Format

Send to

Choose Destination
Genetics. 2016 Feb;202(2):583-99. doi: 10.1534/genetics.115.180265. Epub 2015 Dec 29.

The Mediator Kinase Module Restrains Epidermal Growth Factor Receptor Signaling and Represses Vulval Cell Fate Specification in Caenorhabditis elegans.

Author information

1
Department of Medical Genetics, University of British Columbia, Vancouver, British Columbia, Canada Centre for Molecular Medicine and Therapeutics, Child and Family Research Institute, University of British Columbia, Vancouver, British Columbia, V5Z 4H4, Canada.
2
Centre for Molecular Medicine and Therapeutics, Child and Family Research Institute, University of British Columbia, Vancouver, British Columbia, V5Z 4H4, Canada.
3
Division of Neuroanatomy, Osaka University Graduate School of Medicine, Osaka, 565-0871, Japan.
4
Division of Neuroanatomy, Osaka University Graduate School of Medicine, Osaka, 565-0871, Japan Department of Physiology, Keio University School of Medicine, Tokyo, 108-8345, Japan.
5
Division of Neuroanatomy, Osaka University Graduate School of Medicine, Osaka, 565-0871, Japan Multicellular Organization Laboratory, National Institute of Genetics, Mishima, 411-0801, Japan.
6
Department of Medical Genetics, University of British Columbia, Vancouver, British Columbia, Canada Centre for Molecular Medicine and Therapeutics, Child and Family Research Institute, University of British Columbia, Vancouver, British Columbia, V5Z 4H4, Canada taubert@cmmt.ubc.ca.

Abstract

Cell signaling pathways that control proliferation and determine cell fates are tightly regulated to prevent developmental anomalies and cancer. Transcription factors and coregulators are important effectors of signaling pathway output, as they regulate downstream gene programs. In Caenorhabditis elegans, several subunits of the Mediator transcriptional coregulator complex promote or inhibit vulva development, but pertinent mechanisms are poorly defined. Here, we show that Mediator's dissociable cyclin dependent kinase 8 (CDK8) module (CKM), consisting of cdk-8, cic-1/Cyclin C, mdt-12/dpy-22, and mdt-13/let-19, is required to inhibit ectopic vulval cell fates downstream of the epidermal growth factor receptor (EGFR)-Ras-extracellular signal-regulated kinase (ERK) pathway. cdk-8 inhibits ectopic vulva formation by acting downstream of mpk-1/ERK, cell autonomously in vulval cells, and in a kinase-dependent manner. We also provide evidence that the CKM acts as a corepressor for the Ets-family transcription factor LIN-1, as cdk-8 promotes transcriptional repression by LIN-1. In addition, we find that CKM mutation alters Mediator subunit requirements in vulva development: the mdt-23/sur-2 subunit, which is required for vulva development in wild-type worms, is dispensable for ectopic vulva formation in CKM mutants, which instead display hallmarks of unrestrained Mediator tail module activity. We propose a model whereby the CKM controls EGFR-Ras-ERK transcriptional output by corepressing LIN-1 and by fine tuning Mediator specificity, thus balancing transcriptional repression vs. activation in a critical developmental signaling pathway. Collectively, these data offer an explanation for CKM repression of EGFR signaling output and ectopic vulva formation and provide the first evidence of Mediator CKM-tail module subunit crosstalk in animals.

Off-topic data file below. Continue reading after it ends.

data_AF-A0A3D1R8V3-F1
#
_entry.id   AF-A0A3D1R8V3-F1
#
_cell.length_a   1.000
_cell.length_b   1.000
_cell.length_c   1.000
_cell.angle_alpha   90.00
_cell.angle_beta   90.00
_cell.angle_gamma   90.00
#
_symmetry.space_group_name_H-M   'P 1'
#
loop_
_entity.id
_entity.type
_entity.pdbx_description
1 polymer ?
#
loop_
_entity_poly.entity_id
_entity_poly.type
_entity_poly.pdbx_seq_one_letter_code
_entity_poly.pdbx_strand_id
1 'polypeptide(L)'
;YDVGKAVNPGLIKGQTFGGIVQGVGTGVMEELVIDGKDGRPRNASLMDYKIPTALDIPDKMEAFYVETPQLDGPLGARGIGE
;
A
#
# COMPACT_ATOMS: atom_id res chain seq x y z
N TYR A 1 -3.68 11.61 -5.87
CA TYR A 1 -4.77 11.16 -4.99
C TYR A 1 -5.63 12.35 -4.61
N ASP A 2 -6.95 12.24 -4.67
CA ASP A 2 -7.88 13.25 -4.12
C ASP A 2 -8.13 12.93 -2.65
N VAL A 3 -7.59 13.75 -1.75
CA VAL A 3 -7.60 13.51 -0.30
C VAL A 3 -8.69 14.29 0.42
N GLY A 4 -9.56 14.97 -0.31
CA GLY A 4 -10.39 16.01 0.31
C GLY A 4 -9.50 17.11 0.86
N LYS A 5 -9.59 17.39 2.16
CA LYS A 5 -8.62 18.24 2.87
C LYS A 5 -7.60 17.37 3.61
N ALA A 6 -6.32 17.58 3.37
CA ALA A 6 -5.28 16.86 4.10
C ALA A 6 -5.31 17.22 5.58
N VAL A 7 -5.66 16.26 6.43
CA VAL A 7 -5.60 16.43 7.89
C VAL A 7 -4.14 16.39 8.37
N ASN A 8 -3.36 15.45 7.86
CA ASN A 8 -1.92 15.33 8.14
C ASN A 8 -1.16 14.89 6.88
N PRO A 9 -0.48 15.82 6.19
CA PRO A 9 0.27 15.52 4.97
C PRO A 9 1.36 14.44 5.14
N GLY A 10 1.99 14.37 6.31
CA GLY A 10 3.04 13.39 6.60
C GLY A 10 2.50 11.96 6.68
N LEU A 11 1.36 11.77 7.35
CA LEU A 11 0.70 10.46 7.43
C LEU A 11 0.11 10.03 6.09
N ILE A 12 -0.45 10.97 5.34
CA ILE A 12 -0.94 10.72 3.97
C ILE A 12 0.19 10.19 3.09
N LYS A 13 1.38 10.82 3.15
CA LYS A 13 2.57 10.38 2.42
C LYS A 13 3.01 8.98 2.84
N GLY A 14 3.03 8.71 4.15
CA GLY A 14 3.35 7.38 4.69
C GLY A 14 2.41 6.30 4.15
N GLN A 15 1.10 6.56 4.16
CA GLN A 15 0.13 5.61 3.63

KEYWORDS:

CDK8; EGFR; MED15; MED23; Mediator complex; Notch

PMID:
26715664
PMCID:
PMC4788237
DOI:
10.1534/genetics.115.180265
[Indexed for MEDLINE]
Free PMC Article

Supplemental Content

Full text links

Icon for HighWire Icon for PubMed Central
Loading ...
Support Center